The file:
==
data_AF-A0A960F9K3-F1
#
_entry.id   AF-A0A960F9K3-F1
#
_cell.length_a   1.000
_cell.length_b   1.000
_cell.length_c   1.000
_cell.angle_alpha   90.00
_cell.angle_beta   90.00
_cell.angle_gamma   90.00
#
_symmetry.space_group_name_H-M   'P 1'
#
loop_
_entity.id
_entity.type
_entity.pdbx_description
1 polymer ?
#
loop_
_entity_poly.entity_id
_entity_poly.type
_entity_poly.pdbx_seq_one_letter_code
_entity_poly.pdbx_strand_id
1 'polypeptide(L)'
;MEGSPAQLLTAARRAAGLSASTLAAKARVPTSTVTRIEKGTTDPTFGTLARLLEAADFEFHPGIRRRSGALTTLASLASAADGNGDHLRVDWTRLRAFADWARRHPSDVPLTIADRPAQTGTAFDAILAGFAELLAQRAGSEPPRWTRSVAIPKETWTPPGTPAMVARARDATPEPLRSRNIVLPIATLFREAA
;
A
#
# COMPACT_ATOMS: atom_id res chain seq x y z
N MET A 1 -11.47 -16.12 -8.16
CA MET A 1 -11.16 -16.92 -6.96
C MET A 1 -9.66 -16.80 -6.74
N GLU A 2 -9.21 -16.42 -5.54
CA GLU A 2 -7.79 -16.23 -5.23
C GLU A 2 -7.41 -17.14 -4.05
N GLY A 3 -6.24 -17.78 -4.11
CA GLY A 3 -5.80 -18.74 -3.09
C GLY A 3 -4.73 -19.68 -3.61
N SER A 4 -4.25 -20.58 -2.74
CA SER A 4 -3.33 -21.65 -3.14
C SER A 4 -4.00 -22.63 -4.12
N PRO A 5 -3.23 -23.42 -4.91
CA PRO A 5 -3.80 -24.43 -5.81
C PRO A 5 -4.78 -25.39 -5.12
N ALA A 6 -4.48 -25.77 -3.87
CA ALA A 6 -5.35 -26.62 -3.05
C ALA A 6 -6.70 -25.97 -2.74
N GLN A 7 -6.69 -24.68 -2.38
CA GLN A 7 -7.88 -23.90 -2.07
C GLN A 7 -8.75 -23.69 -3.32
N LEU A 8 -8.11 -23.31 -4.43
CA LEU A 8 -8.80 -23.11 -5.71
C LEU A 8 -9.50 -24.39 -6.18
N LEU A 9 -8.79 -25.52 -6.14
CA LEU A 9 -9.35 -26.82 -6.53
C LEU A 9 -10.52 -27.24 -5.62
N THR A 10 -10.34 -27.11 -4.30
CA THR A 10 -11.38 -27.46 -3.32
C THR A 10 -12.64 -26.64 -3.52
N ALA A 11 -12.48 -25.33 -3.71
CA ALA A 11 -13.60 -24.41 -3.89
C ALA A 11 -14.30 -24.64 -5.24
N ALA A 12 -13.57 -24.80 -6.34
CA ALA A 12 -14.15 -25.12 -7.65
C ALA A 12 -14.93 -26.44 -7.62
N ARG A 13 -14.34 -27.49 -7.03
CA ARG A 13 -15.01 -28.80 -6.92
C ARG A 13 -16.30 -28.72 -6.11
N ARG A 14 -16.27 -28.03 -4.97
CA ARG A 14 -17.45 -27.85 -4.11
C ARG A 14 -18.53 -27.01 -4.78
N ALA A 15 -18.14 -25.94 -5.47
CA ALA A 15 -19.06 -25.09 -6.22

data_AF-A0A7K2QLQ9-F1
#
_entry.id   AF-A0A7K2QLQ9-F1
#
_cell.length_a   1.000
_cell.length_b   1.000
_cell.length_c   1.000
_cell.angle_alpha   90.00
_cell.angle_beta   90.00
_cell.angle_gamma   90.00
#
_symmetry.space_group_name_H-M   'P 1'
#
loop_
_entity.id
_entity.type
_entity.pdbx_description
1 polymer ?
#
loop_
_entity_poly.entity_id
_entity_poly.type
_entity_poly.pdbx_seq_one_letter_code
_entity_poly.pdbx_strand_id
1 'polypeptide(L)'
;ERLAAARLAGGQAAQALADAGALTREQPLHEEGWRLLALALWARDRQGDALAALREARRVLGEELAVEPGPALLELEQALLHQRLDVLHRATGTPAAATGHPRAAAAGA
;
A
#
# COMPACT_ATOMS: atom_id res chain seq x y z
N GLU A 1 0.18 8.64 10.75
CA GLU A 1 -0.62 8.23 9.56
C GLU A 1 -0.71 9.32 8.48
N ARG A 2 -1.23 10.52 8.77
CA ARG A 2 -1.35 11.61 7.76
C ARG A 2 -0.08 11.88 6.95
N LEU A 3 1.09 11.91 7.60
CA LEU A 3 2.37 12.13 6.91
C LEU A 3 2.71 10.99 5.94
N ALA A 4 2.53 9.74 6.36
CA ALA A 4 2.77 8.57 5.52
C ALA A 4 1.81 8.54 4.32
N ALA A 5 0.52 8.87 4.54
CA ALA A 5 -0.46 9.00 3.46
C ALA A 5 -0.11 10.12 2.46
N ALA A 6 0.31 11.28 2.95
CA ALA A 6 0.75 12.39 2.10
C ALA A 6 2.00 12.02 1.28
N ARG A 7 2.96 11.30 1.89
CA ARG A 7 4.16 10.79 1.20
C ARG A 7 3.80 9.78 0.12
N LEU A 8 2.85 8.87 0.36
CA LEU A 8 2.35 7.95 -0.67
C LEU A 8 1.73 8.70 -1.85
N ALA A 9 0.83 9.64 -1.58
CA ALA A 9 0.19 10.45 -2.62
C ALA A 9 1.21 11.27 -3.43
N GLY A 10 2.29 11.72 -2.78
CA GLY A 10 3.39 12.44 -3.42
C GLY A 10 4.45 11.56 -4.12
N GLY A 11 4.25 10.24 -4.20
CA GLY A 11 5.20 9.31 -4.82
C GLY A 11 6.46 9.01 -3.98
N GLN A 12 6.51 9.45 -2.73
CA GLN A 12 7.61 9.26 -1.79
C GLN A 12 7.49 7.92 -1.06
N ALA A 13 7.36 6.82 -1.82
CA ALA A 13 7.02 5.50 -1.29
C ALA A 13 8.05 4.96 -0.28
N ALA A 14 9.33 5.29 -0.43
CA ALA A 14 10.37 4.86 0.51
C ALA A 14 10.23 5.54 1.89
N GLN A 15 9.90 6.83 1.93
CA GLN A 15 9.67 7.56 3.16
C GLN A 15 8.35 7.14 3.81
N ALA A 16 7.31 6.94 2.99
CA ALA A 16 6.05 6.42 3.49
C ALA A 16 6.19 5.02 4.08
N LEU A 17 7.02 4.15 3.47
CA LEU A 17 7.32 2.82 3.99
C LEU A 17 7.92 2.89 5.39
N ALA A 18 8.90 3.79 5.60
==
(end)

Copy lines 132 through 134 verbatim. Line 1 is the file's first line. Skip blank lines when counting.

N GLY A 10 2.29 11.72 -2.78
CA GLY A 10 3.39 12.44 -3.42
C GLY A 10 4.45 11.56 -4.12